Combating truck use is largely a futile effort, since many of these trips are necessary and relatively efficient. Companies have already done a great deal to optimize routing in the interest of cutting costs to improve their own profits. Federal regulations have already vastly improved emissions in recent years. There are certain investments that could make rail alternatives more competitive, and I do not mean to discount them. Yet these are mostly changes on the margin and require major investment. The benefits that would ultimately reach disadvantaged communities would be small and diffuse.

Rather than pouring all the energy into the invisible remaining emissions from the tailpipes of trucks supporting working-class jobs, it's time to focus on the buildings belching big black clouds of smoke over low-income and working-class neighborhoods. Targeted support to improve heating systems in old apartment buildings could be implemented more quickly and continued on an ongoing basis, with much better results. Every time one of these buildings is improved, the quality of life would directly benefit the residents, mostly lower-income, who have had to suffer from poor heating for countless winters.

As it stands now, many heating units actually fail in these buildings. Then an emergency mobile boiler is brought in, parked on the street, and connected into the building. The residents who suffer from the lack of heat are far more impacted than anybody else, not only by suffering through the cold by also by the way they are marked with a sign of poverty. You truly have a "poor door" when there's an emergency boiler sitting outside the entrance to your apartment building.

The emergency boilers have negative effects for others in the neighborhood, too. When an emergency boiler gets plopped down, the deterioration of the building starts to erode the public space in the neighborhood. These boilers contribute to poor air quality, remove parking spaces from use, disrupt street cleaning during alternate side parking, and create an unattractive space that may even feel unsafe for pedestrians walking down the sidewalk between the building and the boiler.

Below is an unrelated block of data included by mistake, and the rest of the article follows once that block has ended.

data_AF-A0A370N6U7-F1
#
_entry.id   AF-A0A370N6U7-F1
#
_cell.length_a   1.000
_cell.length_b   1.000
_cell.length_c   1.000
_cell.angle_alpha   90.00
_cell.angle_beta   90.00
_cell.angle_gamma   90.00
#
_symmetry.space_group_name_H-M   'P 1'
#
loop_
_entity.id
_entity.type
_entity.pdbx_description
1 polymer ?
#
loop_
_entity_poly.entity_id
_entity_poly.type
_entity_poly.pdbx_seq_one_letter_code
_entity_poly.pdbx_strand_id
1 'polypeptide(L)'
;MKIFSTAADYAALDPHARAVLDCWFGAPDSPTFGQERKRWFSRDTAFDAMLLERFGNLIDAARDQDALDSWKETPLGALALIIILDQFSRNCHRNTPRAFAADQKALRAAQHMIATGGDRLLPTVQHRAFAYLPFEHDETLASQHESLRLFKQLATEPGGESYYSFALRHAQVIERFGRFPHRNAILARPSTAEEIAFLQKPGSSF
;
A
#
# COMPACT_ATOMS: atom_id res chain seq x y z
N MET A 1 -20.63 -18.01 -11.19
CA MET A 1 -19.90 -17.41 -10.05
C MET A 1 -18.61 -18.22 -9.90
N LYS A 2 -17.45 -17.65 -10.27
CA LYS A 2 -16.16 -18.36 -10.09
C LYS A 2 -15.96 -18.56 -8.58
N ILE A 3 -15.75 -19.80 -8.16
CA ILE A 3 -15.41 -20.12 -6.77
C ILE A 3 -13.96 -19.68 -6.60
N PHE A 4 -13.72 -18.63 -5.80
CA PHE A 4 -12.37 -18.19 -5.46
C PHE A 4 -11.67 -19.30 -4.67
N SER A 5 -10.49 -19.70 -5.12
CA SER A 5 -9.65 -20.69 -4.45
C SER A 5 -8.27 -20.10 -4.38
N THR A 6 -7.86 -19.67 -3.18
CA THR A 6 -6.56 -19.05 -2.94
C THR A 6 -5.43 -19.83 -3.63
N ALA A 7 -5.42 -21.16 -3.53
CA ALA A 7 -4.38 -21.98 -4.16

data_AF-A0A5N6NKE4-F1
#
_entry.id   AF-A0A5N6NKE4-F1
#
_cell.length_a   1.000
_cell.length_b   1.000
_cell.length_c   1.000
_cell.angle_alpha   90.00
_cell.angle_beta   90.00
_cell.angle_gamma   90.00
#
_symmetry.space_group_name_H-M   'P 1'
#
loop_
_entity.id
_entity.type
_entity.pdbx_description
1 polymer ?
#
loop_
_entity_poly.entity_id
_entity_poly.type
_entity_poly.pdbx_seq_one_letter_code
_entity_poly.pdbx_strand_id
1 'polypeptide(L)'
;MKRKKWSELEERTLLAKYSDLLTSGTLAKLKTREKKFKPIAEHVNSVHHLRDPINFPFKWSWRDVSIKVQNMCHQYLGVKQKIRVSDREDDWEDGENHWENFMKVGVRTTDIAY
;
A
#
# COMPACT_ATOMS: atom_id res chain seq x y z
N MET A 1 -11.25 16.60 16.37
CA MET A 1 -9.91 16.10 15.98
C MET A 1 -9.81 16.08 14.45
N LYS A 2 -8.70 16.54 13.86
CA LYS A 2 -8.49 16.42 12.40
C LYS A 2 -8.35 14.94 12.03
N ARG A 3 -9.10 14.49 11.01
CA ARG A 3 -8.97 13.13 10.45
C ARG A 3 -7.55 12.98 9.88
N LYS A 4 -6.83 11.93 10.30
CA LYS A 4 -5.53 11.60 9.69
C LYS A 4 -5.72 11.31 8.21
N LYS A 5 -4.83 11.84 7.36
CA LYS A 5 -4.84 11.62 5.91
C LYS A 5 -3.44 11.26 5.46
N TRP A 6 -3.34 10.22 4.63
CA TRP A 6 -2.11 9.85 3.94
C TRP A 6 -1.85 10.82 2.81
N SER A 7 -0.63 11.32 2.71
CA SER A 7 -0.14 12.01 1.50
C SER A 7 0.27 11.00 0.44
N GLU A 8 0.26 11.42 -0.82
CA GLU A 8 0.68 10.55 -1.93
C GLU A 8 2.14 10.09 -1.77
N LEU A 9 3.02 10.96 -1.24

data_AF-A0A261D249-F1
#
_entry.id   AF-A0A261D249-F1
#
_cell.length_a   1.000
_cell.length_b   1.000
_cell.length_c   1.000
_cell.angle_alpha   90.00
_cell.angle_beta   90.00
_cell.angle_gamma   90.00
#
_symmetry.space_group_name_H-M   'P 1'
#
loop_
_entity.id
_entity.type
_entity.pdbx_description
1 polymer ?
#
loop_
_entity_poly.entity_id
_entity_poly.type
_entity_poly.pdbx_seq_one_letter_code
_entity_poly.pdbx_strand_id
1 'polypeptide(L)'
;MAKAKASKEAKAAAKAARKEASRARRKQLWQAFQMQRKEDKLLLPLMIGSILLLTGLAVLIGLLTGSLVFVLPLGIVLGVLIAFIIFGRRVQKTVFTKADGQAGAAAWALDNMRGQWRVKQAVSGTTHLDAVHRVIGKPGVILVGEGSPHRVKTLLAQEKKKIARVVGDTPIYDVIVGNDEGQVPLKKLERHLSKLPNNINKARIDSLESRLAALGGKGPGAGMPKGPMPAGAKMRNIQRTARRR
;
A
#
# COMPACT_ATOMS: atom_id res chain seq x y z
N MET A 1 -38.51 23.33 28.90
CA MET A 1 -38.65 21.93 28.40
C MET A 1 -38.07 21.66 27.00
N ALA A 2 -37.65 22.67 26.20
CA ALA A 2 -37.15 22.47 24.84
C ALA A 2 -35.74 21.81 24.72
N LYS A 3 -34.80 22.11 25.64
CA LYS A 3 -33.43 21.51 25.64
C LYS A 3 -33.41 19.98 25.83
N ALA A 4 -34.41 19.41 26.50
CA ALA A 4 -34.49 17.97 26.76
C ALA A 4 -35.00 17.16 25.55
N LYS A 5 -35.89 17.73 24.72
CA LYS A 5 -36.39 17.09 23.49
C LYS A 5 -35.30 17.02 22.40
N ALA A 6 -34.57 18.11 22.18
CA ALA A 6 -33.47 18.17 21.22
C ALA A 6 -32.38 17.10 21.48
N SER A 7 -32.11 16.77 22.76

Addressing these building systems really should be priority repairs. Although far too slowly, there has been some progress, primarily by converting the buildings to natural gas. Not only are the new systems cleaner and more efficient, supplying them with fuel is less disruptive.

Sunday, January 4, 2015

Gas Stations as Corner Stores

Planners talk about the mythical corner store. It is generally accepted wisdom that residents should all have a place within walking distance where they can buy that virtuous "quart of milk." Yet, ironically, it is often the very same planners who are hostile toward the businesses that actually serve this role in many communities throughout the country: gas stations.

Sit and watch for a while, and you will see some interesting things at many neighborhood gas stations. Interestingly, at such quintessentially auto-oriented businesses, there is often a surprising amount of pedestrian activity.

In many existing communities throughout America, I have seen more walking trips to gas station convenience marts than anywhere else in town. Even in some dense city neighborhoods, I have observed gas stations filling a role where urban poverty has left residents with few retail options. This is much more an indictment of poor overall development patterns than a recommendation for gas stations, yet improving existing places requires dealing with them on the terms of their actual assets. Bemoaning deficiencies does not build up a place.